Russian forces pummeled Sievierodonetsk, the easternmost city still under Ukrainian control. Artillery barrages have knocked out water and electricity in the city, driven citizens into shelters and killed at least six people in 24 hours.
Heartbreaking scenes have played out as residents struggle to survive. Ukrainian officials expect Russian forces to try to duplicate the siege tactics they used in Mariupol, choking off Sievierodonetsk from the rest of the country. Military analysts say Moscow’s forces would face brutal urban combat if they tried to fully capture the city.
Destruction: “They are killing our cities, destroying everything,” the head of the regional military administration in Luhansk Province, Serhiy Haidai, said. Referring to the last major city in the province that is not in Russian hands, he said, “Sievierodonetsk is barely alive.”
In other news from the war:
Vladimir Putin, the Russian president, visited wounded Russian soldiers in a military hospital for the first time since the invasion began.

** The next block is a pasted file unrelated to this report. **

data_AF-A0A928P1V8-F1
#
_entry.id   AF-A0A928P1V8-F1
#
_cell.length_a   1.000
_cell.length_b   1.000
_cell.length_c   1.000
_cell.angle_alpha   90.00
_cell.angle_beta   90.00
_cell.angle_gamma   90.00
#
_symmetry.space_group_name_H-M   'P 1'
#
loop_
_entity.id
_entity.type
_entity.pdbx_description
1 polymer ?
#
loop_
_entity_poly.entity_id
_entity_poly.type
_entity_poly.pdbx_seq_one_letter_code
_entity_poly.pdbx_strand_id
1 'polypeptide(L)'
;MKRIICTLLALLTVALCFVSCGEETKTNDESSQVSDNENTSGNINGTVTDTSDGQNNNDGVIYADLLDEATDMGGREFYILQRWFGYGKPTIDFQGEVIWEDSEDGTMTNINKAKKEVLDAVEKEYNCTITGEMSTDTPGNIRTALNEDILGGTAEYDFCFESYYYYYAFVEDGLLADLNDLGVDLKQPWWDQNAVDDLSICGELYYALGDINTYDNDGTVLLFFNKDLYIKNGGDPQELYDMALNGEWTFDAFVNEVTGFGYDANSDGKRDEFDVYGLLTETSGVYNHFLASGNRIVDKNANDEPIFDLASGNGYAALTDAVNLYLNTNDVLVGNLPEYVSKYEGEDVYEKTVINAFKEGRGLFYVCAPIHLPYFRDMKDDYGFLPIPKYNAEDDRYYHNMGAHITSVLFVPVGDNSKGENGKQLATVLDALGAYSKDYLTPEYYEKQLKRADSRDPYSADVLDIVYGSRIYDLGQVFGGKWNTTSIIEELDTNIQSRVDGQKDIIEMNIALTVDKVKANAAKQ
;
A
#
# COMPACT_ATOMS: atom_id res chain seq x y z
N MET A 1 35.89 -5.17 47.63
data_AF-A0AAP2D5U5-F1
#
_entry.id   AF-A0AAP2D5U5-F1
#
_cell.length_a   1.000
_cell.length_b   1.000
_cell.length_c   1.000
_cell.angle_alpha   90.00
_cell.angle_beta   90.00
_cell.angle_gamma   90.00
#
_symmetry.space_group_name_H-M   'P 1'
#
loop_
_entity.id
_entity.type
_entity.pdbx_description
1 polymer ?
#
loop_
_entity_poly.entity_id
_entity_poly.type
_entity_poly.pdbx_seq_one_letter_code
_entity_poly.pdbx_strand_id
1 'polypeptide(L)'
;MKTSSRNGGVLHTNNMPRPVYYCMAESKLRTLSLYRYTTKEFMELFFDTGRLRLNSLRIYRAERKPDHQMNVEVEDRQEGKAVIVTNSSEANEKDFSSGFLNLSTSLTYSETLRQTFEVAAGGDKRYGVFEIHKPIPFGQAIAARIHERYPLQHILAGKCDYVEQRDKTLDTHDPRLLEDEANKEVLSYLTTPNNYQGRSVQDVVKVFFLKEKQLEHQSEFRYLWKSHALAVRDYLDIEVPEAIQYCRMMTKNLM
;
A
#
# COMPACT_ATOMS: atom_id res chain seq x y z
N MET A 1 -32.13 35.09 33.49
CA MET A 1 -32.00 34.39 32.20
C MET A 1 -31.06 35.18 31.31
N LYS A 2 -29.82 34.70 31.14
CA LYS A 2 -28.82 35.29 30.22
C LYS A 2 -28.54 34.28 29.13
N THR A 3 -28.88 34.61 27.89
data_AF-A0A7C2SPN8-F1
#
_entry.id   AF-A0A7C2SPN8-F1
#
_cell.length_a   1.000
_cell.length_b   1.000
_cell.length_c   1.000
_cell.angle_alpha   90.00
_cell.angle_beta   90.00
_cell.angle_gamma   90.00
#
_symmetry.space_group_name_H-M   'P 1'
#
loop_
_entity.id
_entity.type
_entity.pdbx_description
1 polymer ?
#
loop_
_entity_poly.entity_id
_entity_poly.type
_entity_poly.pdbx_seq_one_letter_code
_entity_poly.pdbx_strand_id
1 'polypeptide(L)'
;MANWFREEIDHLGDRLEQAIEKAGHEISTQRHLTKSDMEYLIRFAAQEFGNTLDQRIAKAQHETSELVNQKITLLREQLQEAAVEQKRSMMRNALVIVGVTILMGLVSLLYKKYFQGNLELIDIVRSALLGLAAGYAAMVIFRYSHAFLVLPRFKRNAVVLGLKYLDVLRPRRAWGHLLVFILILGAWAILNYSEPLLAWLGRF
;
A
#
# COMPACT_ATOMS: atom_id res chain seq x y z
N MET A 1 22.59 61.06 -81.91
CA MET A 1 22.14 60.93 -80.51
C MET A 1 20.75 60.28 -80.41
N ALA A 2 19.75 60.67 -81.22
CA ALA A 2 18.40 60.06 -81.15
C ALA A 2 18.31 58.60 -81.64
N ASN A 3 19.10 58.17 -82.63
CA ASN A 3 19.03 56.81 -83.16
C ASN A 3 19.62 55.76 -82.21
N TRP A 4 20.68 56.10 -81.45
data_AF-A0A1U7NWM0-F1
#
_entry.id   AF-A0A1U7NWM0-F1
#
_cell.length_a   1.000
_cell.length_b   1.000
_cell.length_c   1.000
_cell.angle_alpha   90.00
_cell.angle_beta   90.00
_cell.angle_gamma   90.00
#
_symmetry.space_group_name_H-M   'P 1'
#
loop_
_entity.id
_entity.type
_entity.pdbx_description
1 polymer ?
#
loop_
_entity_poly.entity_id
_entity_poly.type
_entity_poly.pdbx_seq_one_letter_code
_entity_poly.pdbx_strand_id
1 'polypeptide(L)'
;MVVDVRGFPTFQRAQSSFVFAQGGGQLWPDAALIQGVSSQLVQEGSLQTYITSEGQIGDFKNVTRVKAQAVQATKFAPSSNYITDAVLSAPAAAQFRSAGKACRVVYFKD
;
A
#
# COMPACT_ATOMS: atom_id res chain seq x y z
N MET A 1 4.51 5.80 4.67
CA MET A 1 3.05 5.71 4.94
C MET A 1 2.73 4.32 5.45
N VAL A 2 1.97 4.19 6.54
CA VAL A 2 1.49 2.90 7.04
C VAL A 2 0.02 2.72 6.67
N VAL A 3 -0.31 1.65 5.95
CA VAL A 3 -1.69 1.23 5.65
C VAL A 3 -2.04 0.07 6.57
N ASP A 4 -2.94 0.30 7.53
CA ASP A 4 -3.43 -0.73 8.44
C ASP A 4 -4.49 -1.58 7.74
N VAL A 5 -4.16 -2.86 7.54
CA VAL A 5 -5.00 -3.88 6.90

Finnish and Swedish envoys in Turkey met with officials to address Turkish opposition to their NATO bids.
Germany said it would keep coal-fired plants open in case Russia cuts its gas supplies.
Viktor Orban, Hungary’s prime minister, has declared a state of emergency because of the war in Ukraine, a pretext to allow him to expand his power.
Dozens perish in migrant boat sinking
Seventy-six migrants were presumed dead after a boat sank off the coast of Tunisia, the U.N. migration agency said yesterday. Of the 100 people aboard, 24 were rescued. One person was found dead in the water; the others remain missing and are unlikely to be found. “In the sea people drown in few minutes,” said Flavio Di Giacomo, a spokesman for the agency.
The shipwreck brings the total number of deaths in the central Mediterranean Sea this year above 650, a figure similar to the one from the same period last year. This year, 17,900 migrants arrived in Italy via boat, compared with 13,700 in the same period last year, according to the country’s Interior Ministry.
Despite efforts by the E.U. to limit the number of African migrants and asylum seekers, thousands still undertake this dangerous journey, though the numbers are dwarfed by those of 2016. In that year, at the height of the migrant crisis, more than 180,000 people arrived in Italy by sea.